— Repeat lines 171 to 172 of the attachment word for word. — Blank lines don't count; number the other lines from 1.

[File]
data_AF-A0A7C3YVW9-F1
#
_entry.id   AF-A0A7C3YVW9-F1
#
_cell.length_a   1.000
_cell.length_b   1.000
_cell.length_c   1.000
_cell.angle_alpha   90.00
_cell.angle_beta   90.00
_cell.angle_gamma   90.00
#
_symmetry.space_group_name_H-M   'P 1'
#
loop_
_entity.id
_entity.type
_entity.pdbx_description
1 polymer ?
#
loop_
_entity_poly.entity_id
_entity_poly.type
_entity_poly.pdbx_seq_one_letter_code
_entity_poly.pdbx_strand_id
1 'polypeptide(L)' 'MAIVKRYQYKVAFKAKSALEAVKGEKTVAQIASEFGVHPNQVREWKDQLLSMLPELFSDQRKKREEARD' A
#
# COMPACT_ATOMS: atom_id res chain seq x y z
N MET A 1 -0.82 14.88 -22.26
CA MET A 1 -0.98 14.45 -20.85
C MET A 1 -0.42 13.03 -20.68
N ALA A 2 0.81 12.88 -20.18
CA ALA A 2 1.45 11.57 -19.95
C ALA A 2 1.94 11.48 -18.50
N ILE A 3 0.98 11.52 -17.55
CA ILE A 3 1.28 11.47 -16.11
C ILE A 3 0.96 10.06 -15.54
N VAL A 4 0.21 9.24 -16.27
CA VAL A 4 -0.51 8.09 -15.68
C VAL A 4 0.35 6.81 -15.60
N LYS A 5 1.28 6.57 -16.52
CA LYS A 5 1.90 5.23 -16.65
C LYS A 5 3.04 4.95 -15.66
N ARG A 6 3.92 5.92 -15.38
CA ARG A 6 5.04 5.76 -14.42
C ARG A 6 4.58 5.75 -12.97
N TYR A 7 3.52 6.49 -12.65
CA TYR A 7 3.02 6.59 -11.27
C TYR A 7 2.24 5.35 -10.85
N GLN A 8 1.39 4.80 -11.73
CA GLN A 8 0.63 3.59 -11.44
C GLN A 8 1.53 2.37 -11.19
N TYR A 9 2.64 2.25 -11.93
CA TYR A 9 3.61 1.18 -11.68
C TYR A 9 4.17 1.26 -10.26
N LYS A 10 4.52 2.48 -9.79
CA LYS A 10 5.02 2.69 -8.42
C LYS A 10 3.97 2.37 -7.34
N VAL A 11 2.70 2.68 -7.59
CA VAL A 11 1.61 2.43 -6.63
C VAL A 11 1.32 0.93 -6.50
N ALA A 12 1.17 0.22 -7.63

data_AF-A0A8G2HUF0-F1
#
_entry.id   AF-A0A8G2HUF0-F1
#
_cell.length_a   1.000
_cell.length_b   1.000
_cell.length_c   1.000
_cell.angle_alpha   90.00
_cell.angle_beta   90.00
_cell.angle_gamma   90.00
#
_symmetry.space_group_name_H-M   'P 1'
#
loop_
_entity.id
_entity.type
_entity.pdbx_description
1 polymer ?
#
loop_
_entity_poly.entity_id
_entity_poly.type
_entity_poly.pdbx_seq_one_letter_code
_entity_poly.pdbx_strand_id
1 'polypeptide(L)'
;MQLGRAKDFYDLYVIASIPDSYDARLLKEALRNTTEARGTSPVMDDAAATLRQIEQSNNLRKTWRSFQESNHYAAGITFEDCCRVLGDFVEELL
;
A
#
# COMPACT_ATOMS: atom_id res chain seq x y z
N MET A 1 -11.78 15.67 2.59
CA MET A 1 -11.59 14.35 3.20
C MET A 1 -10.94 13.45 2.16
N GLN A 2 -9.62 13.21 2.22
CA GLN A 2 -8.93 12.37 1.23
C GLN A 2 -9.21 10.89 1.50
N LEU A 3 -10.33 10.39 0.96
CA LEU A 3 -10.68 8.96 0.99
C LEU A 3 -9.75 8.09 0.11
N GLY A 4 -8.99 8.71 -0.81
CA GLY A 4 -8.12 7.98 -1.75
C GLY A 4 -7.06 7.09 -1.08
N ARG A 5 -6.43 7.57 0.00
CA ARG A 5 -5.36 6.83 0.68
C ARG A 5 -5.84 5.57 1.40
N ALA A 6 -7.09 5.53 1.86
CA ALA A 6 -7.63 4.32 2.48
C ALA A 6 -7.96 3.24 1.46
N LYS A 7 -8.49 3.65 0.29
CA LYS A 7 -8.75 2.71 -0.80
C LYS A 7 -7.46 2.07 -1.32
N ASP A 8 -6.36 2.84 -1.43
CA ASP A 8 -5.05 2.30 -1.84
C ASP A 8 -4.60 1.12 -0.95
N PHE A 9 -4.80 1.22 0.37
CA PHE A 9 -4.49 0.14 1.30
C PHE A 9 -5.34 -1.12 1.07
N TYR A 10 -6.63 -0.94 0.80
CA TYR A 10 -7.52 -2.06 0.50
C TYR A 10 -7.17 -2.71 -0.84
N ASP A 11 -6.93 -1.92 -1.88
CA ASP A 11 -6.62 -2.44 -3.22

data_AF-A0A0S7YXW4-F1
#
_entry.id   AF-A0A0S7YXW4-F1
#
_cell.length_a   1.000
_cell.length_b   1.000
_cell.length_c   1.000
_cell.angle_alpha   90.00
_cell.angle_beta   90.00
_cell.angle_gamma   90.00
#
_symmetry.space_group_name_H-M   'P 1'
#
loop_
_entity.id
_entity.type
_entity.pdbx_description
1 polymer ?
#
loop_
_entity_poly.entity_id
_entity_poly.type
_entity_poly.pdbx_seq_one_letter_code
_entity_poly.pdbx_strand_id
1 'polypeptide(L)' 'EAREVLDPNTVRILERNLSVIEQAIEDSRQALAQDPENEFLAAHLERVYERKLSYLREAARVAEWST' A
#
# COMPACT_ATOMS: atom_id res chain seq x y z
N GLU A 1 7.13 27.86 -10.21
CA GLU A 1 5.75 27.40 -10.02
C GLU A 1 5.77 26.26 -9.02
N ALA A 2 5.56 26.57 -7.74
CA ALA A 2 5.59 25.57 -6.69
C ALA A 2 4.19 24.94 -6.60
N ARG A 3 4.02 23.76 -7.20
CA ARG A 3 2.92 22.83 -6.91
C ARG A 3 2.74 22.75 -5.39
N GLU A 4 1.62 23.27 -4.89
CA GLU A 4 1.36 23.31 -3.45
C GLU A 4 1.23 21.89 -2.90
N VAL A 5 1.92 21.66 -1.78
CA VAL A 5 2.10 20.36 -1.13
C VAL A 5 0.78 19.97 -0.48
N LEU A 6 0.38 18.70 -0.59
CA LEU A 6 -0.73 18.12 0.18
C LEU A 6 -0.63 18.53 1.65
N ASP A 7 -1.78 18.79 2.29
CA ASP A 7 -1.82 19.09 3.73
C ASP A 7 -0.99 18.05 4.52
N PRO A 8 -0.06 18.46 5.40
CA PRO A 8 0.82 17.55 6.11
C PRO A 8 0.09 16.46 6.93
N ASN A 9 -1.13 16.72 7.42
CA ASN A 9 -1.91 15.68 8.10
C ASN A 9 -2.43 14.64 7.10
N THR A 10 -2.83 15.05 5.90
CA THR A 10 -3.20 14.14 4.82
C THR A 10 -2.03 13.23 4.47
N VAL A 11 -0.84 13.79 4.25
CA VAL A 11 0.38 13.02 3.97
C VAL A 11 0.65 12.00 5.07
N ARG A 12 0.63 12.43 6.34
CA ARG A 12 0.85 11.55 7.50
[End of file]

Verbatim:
C ASP A 7 -0.99 18.05 4.52
N PRO A 8 -0.06 18.46 5.40